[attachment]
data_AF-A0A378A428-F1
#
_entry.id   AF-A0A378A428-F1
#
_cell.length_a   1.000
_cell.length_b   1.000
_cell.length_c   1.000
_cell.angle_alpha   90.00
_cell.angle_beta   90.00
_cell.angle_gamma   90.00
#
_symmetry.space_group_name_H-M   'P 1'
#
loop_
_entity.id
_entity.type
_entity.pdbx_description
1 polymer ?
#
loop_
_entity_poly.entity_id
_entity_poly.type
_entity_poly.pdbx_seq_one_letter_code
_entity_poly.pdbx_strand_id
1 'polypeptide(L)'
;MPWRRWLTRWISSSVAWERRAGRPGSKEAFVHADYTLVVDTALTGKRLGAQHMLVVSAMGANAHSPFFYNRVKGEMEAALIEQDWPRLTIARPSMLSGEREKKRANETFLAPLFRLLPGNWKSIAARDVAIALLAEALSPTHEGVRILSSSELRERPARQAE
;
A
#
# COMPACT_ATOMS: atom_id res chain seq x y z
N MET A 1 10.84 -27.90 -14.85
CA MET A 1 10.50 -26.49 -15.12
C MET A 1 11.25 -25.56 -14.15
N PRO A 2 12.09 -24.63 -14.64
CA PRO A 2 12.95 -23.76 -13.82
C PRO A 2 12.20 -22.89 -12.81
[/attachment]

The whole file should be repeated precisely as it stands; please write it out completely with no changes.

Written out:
data_AF-A0A378A428-F1
#
_entry.id   AF-A0A378A428-F1
#
_cell.length_a   1.000
_cell.length_b   1.000
_cell.length_c   1.000
_cell.angle_alpha   90.00
_cell.angle_beta   90.00
_cell.angle_gamma   90.00
#
_symmetry.space_group_name_H-M   'P 1'
#
loop_
_entity.id
_entity.type
_entity.pdbx_description
1 polymer ?
#
loop_
_entity_poly.entity_id
_entity_poly.type
_entity_poly.pdbx_seq_one_letter_code
_entity_poly.pdbx_strand_id
1 'polypeptide(L)'
;MPWRRWLTRWISSSVAWERRAGRPGSKEAFVHADYTLVVDTALTGKRLGAQHMLVVSAMGANAHSPFFYNRVKGEMEAALIEQDWPRLTIARPSMLSGEREKKRANETFLAPLFRLLPGNWKSIAARDVAIALLAEALSPTHEGVRILSSSELRERPARQAE
;
A
#
# COMPACT_ATOMS: atom_id res chain seq x y z
N MET A 1 10.84 -27.90 -14.85
CA MET A 1 10.50 -26.49 -15.12
C MET A 1 11.25 -25.56 -14.15
N PRO A 2 12.09 -24.63 -14.64
CA PRO A 2 12.95 -23.76 -13.82
C PRO A 2 12.20 -22.89 -12.81